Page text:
The Association of Northern California Oncologists and the Medical Oncology Association of Southern California, which together represent nearly 600 oncologists in both community practice and academic medicine, oppose the legalization of physician-assisted suicide (PAS) and urge Assembly Members to vote NO on AB 374.
Physician-assisted suicide is the wrong answer to the right question. The Oregon “Death with Dignity Act” and AB 374 alleges to focus on patient autonomy, but the focus should be on doing everything we can to improve care at the end of life. The right answer to the question is that the dying need competent medical treatment, and that is best accomplished by the learned and timely application of hospice care and palliative medicine.
Legalizing physician-assisted suicide strikes at the heart of what we do as physicians and adds ambiguity to the physician-patient relationship. The physician’s primary directive is to first, do no harm. Physician-assisted suicide destroys the trust between the patient and doctor. Under the pretense of providing compassion, the physician is relieved of his or her primary responsibility to the patient – to safeguard life and to provide comfort to the suffering. It is the ultimate patient abandonment.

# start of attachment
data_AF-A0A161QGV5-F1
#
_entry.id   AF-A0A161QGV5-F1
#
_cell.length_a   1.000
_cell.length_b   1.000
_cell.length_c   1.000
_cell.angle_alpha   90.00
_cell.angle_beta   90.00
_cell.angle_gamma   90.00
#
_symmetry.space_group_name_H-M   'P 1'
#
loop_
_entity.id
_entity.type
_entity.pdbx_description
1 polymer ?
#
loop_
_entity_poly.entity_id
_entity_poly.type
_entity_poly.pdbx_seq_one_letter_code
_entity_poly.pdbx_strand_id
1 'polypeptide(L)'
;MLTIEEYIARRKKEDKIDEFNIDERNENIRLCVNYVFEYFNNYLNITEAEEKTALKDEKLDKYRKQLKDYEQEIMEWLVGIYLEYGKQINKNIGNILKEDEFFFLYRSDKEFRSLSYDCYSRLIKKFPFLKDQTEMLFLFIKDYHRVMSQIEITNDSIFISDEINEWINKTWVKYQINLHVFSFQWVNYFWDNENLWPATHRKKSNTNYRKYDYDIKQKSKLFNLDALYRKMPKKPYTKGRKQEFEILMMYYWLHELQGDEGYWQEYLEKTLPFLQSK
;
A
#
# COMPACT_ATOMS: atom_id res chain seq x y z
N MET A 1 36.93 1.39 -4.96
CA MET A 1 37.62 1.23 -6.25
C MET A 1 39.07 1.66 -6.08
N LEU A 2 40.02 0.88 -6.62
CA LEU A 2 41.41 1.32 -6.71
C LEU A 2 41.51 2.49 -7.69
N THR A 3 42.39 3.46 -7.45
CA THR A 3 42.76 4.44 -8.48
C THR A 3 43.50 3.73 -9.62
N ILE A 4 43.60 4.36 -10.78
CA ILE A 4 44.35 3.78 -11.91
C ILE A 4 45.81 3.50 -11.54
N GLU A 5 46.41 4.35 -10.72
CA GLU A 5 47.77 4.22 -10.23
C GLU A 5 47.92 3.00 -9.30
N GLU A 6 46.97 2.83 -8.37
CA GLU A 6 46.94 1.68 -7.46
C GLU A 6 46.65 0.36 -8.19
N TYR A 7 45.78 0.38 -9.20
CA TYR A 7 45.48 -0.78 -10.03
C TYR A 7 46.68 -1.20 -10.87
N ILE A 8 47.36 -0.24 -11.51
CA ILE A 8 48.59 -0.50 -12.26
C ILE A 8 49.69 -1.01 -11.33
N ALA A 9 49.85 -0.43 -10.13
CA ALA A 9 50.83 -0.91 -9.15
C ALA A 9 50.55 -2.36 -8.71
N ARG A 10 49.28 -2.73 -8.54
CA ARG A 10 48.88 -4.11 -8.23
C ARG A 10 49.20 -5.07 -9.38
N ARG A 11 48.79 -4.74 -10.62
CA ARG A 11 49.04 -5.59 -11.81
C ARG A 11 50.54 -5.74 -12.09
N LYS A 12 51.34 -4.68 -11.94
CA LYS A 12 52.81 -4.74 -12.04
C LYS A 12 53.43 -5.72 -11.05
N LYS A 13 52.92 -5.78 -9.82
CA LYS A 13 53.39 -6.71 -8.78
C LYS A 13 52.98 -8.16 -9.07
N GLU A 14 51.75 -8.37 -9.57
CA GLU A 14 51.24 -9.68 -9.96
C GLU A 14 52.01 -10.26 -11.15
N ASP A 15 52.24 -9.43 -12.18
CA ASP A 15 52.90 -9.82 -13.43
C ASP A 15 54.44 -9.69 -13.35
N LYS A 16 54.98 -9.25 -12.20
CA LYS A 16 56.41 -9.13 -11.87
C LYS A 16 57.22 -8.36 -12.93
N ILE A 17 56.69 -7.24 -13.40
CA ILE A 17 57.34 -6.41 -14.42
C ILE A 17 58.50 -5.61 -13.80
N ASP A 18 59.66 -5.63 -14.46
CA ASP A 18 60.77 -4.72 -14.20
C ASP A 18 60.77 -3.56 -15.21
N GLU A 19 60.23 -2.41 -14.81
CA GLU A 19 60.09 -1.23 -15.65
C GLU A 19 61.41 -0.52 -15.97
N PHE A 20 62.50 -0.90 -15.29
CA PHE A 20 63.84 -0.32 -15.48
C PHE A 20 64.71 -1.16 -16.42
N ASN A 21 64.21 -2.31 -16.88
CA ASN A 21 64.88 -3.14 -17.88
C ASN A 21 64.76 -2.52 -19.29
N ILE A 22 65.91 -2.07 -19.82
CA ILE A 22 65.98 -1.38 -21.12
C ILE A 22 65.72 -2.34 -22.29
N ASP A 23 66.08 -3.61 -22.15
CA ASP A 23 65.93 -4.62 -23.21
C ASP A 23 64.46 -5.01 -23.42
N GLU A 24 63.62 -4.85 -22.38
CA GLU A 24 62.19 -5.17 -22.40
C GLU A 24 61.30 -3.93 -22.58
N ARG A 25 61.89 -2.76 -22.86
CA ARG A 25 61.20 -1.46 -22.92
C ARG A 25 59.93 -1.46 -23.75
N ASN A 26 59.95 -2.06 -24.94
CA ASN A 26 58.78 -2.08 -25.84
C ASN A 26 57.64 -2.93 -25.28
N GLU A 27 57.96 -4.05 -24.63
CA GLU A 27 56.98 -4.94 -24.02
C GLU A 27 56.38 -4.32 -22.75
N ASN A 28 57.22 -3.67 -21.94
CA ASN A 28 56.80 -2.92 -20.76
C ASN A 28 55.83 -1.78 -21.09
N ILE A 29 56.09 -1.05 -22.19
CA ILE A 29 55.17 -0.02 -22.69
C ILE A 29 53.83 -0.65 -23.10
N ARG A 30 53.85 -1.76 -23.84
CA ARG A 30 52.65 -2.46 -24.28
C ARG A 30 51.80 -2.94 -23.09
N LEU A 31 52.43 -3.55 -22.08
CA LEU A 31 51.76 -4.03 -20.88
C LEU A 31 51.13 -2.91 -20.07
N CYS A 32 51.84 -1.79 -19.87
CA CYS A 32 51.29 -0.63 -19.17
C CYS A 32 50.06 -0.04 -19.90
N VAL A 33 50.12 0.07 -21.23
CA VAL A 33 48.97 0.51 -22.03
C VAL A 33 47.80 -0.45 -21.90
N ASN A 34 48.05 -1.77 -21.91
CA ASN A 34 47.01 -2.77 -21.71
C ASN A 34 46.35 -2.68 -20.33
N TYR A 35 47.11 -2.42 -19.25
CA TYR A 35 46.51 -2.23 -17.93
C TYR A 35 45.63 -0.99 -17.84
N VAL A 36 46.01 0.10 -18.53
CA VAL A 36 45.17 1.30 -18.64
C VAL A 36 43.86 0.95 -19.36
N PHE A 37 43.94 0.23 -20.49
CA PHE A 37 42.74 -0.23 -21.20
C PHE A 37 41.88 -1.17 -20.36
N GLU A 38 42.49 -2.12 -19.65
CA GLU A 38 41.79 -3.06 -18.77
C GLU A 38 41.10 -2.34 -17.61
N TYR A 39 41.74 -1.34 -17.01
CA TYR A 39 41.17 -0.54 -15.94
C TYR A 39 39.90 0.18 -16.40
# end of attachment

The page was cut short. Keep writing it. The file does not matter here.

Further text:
Oncologists are painfully aware of our own limitations in providing optimal palliative care in every situation.
We also recognize that most members of the public, as well as many physicians in other specialties who do not treat dying patients with any regularity, do not see what we see every day in our practices. We believe that far fewer physicians would support the concept of physician-assisted suicide if they had the specific training and experience that oncologists have in dealing with these types of patients and these diagnoses.
We know that cases of patients experiencing intractable physical symptoms at the end of life do exist, but this is not a justification for aid in dying. We need more research and education, not patient termination.